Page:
What are sports injuries?
Playing sports is a great way of staying fit and active and is important for socialising with an array of like-minded people from different social and cultural backgrounds. The benefits of playing sport far outweigh the risks, although it is important to remember that sports injuries can happen. A sports injury is exactly what it says on the tin, an injury sustained playing sport. These can be caused in a variety of ways; including bad challenges from opposition players, not warming up properly beforehand or even just by accident. If you have a sports injury, then you may feel immediate pain, have small or large amounts of swelling and bruising, or your movement may be limited or restricted.
What are the most common types?
Different sports have different common injuries when compared to other sports. Typically rugby players will be most often injured through dead legs and shoulder impacts, footballers will have hamstring tears from sprinting and runners will typically have knee or lower leg injuries from the impact of hard ground. These injuries are just the common ones, and there are always many other injuries that can occur that aren’t just specific to one sport.
Severity of Injury
Within sports injuries, there is specific categorisation for the severity of injuries. For muscle and ligament injuries there are three grades. Grade 1 refers to a small tear that will typically recover quickly and not cause too many problems. Grade 2 is a larger scale tear that has quite a variation in symptoms, from being quick to heal and not much pain, to large amounts of pain that can take 6+ weeks to heal. Grade 3 refers to a complete tear of the muscle/ligament where the two ends are no longer attached.
Bone injuries are also classified specifically depending on the nature of the fracture.
Your medical professional will help to identify these during assessment of your sports injury.
What to do if you sustain a sports injury?
Many sports injuries will settle in time and you’ll be able to get back to your sports after a period of modified rest. If you have just sustained a sports injury, you should use the POLICE principle. This is:
Protect: Protect the area from further damage! This would include immediately removing yourself from the game.
Optimum Loading: You shouldn’t completely rest the injured area as this can reduce the outcomes of the healing process. Your medical professional can help you with advise for this.
Ice: Placing ice on the injured area can help reduce swelling. 10 mins every couple of hours is a good target to aim for and never place ice directly onto the skin. Wrap it in a thin towel or cloth and place over the injured area.
Compression: Tubigrip or wrap can help to manage the amount of swelling at the injured area and may increase blood flow, meaning more nutrients for healing are introduced to the area.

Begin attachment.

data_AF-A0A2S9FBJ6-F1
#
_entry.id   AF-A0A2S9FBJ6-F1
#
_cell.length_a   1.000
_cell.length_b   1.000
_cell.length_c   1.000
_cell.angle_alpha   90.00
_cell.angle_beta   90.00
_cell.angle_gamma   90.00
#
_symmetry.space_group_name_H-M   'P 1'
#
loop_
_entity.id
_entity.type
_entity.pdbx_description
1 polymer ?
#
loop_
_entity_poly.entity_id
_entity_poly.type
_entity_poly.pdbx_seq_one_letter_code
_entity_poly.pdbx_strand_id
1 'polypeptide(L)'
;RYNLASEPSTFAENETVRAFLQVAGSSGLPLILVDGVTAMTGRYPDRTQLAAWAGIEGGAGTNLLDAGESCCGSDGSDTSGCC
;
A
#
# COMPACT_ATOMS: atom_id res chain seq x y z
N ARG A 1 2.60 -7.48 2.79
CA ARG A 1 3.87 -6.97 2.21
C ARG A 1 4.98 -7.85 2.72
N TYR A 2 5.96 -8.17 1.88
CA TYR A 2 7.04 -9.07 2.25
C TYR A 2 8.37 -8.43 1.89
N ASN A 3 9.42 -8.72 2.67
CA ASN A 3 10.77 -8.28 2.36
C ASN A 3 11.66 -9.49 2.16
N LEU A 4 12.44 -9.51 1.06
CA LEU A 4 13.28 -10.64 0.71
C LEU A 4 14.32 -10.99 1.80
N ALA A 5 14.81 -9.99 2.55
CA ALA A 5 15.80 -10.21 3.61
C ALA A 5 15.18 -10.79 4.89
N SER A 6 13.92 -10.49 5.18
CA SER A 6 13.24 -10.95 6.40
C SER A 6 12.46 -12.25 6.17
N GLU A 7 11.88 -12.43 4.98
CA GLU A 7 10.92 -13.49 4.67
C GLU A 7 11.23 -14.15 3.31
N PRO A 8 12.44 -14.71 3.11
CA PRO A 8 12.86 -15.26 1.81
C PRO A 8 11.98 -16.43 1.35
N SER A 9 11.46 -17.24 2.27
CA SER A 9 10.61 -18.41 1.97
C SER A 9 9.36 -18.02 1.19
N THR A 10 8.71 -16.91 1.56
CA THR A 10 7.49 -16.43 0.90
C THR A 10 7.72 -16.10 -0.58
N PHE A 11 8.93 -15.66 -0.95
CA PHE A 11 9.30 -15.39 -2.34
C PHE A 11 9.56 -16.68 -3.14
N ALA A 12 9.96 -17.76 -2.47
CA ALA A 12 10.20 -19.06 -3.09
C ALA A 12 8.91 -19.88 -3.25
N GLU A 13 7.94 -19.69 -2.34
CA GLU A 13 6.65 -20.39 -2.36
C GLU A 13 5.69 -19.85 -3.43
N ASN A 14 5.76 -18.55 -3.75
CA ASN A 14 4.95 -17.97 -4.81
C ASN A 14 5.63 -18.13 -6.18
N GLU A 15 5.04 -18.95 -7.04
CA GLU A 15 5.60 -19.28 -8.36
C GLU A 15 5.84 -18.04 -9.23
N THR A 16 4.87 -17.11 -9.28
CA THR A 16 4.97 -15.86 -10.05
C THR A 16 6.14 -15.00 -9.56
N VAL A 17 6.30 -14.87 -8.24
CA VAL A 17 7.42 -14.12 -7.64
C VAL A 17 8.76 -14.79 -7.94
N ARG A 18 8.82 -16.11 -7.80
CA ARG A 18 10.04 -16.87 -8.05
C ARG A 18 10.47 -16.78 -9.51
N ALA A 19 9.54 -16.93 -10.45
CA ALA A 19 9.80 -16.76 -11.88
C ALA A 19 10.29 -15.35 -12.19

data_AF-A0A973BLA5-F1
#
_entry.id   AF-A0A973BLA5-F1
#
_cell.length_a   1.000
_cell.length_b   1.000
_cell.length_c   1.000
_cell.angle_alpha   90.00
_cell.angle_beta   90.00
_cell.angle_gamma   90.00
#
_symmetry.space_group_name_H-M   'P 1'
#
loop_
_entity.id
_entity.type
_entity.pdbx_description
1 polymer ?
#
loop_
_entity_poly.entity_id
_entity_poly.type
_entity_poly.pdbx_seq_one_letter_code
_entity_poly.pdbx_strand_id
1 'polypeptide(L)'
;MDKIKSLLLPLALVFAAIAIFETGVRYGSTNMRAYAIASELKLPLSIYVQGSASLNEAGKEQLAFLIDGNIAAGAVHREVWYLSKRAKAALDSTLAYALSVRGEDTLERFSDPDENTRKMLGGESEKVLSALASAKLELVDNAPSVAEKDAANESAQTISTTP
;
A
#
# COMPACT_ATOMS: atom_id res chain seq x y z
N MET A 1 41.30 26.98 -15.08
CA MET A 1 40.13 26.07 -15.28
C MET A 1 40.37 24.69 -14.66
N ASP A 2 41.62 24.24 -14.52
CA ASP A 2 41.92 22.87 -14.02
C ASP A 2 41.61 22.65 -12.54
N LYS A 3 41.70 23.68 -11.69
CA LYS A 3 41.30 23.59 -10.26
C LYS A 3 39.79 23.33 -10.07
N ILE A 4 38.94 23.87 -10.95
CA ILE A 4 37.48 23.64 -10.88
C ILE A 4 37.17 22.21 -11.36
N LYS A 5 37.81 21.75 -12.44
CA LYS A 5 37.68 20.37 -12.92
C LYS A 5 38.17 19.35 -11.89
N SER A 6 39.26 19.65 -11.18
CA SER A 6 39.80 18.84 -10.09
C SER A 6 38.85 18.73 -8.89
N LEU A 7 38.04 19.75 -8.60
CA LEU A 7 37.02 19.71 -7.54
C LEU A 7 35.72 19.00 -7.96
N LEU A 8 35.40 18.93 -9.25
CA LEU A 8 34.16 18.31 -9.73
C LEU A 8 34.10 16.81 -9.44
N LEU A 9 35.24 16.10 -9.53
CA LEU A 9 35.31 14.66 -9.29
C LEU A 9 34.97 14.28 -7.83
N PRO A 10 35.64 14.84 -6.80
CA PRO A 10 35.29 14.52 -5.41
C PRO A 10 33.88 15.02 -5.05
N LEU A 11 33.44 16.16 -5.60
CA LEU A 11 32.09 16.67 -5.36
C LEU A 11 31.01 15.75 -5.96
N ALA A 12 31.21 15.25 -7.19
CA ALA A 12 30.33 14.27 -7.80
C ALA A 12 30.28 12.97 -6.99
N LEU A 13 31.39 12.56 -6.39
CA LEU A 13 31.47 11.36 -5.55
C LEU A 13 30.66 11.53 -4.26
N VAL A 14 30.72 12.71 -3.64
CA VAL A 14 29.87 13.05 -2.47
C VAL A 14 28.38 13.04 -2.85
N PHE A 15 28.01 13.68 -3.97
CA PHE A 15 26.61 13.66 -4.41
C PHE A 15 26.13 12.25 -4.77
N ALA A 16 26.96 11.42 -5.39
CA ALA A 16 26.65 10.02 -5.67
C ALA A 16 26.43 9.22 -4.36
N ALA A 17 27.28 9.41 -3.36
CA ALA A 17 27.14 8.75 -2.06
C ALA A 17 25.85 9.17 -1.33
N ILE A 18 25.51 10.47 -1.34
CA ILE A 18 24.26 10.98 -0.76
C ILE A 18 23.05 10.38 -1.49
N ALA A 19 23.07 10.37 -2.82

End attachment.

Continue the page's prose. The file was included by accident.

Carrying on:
Elevation: This helps to remove the swelling from the injured area by draining the waste products away from the injury site.
If you think you may have a severe injury (e.g a dislocation, broken bone or a head injury) then you should go to A&E immediately. You will often be in severe pain and have very limited movement and may not have the ability to place weight through the area. You may also be able to see an obvious deformity at the injury site.
If you have an injury that you don’t think is too severe but you’re concerned about, you can contact 111 for advice, go to your local NHS walk-in centre/minor injuries unit or contact a physiotherapist for an assessment.
What do I do after a sports injury?
You should contact an appropriate rehabilitation specialist (physiotherapist, sports therapist, sports rehabilitator) who will take you through a gradual return to sport programme that is individualised to your needs. This can either be through the NHS or through private practitioners. The stages include, but are not limited to:
- Management of pain and swelling and restoring function
- Improve movement and return to normal day-to-day activities
- Improve strength and start low-level sports specific exercises
- Return to sports-specific, non-contact exercises
- Return to sport participation
- Cleared for full return to sport
Bleakley, C. M., Glasgow, P. & MacAuley, D. C. (2012). PRICE needs updating, should we call the POLICE? British Journal of Sports Medicine. 46, pp. 220-1.
Brooks, J. H. M., Fuller, C. W., Kemp, S. P. T. & Reddin, D. B. (2005). Epidemiology of injuries in English professional rugby union: part 1 match injuries. British Journal of Sports Medicine. 39, pp. 757-766.
Ekstrand, J., Hägglund, M. & Waldén, M. (2011). Injury incidence and injury patterns in professional football: the UEFA injury study. British Journal of Sports Medicine. 45:553-558.
Fields, K. B. (2011). Running Injuries – Changing Trends and Demographics. Current Sports Medicine reports. 10(5), pp. 299-303.
NHS. (2017). Sports Injuries. URL: https://www.nhs.uk/conditions/sports-injuries/ [Last accessed: 02/12/2019]
Rosewater, A. (2009). Learning to Play and Playing to Learn: Organized Sports and Educational Outcome. Education Digest: Essential Readings Condensed for Quick Review, 75(1), pp. 50-6.
Images: www.freedigitalphotos.net [Last accessed: 02/12/19].